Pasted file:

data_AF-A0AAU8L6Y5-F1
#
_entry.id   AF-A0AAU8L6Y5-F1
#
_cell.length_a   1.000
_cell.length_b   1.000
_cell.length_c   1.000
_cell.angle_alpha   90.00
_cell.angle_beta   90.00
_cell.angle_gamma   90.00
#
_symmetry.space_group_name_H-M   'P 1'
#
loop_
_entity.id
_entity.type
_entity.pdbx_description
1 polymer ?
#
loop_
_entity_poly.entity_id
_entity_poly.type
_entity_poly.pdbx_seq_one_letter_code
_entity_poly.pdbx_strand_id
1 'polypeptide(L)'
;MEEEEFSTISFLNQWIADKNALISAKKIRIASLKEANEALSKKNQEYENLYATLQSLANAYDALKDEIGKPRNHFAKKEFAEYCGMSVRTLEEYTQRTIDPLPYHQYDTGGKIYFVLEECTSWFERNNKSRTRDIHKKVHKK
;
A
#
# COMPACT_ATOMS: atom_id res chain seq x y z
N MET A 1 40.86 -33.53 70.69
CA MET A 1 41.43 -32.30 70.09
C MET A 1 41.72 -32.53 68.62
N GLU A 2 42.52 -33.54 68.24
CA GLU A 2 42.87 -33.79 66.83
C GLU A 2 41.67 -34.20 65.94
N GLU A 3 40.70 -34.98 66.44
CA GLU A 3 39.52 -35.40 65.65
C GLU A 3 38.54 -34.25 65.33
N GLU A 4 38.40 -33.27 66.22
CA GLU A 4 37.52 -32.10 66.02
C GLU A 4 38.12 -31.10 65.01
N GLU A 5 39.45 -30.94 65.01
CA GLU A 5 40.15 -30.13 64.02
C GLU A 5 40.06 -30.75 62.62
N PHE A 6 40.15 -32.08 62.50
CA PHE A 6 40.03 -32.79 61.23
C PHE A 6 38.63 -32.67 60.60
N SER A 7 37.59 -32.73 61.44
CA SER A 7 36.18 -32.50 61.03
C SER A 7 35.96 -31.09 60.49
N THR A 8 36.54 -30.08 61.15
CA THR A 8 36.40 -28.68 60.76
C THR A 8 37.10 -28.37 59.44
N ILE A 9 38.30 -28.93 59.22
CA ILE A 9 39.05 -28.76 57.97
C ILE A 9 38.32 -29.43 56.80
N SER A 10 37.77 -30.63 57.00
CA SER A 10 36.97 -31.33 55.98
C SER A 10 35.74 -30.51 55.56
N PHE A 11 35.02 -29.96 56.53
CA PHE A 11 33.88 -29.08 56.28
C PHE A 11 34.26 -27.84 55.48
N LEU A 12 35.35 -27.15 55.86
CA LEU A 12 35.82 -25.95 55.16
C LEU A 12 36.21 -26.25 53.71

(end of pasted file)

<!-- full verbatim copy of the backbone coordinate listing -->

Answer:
data_AF-A0AAU8L6Y5-F1
#
_entry.id   AF-A0AAU8L6Y5-F1
#
_cell.length_a   1.000
_cell.length_b   1.000
_cell.length_c   1.000
_cell.angle_alpha   90.00
_cell.angle_beta   90.00
_cell.angle_gamma   90.00
#
_symmetry.space_group_name_H-M   'P 1'
#
loop_
_entity.id
_entity.type
_entity.pdbx_description
1 polymer ?
#
loop_
_entity_poly.entity_id
_entity_poly.type
_entity_poly.pdbx_seq_one_letter_code
_entity_poly.pdbx_strand_id
1 'polypeptide(L)'
;MEEEEFSTISFLNQWIADKNALISAKKIRIASLKEANEALSKKNQEYENLYATLQSLANAYDALKDEIGKPRNHFAKKEFAEYCGMSVRTLEEYTQRTIDPLPYHQYDTGGKIYFVLEECTSWFERNNKSRTRDIHKKVHKK
;
A
#
# COMPACT_ATOMS: atom_id res chain seq x y z
N MET A 1 40.86 -33.53 70.69
CA MET A 1 41.43 -32.30 70.09
C MET A 1 41.72 -32.53 68.62
N GLU A 2 42.52 -33.54 68.24
CA GLU A 2 42.87 -33.79 66.83
C GLU A 2 41.67 -34.20 65.94
N GLU A 3 40.70 -34.98 66.44
CA GLU A 3 39.52 -35.40 65.65
C GLU A 3 38.54 -34.25 65.33
N GLU A 4 38.40 -33.27 66.22
CA GLU A 4 37.52 -32.10 66.02
C GLU A 4 38.12 -31.10 65.01
N GLU A 5 39.45 -30.94 65.01
CA GLU A 5 40.15 -30.13 64.02
C GLU A 5 40.06 -30.75 62.62
N PHE A 6 40.15 -32.08 62.50
CA PHE A 6 40.03 -32.79 61.23
C PHE A 6 38.63 -32.67 60.60
N SER A 7 37.59 -32.73 61.44
CA SER A 7 36.18 -32.50 61.03
C SER A 7 35.96 -31.09 60.49
N THR A 8 36.54 -30.08 61.15
CA THR A 8 36.40 -28.68 60.76
C THR A 8 37.10 -28.37 59.44
N ILE A 9 38.30 -28.93 59.22
CA ILE A 9 39.05 -28.76 57.97
C ILE A 9 38.32 -29.43 56.80
N SER A 10 37.77 -30.63 57.00
CA SER A 10 36.97 -31.33 55.98
C SER A 10 35.74 -30.51 55.56
N PHE A 11 35.02 -29.96 56.53
CA PHE A 11 33.88 -29.08 56.28
C PHE A 11 34.26 -27.84 55.48
N LEU A 12 35.35 -27.15 55.86
CA LEU A 12 35.82 -25.95 55.16
C LEU A 12 36.21 -26.25 53.71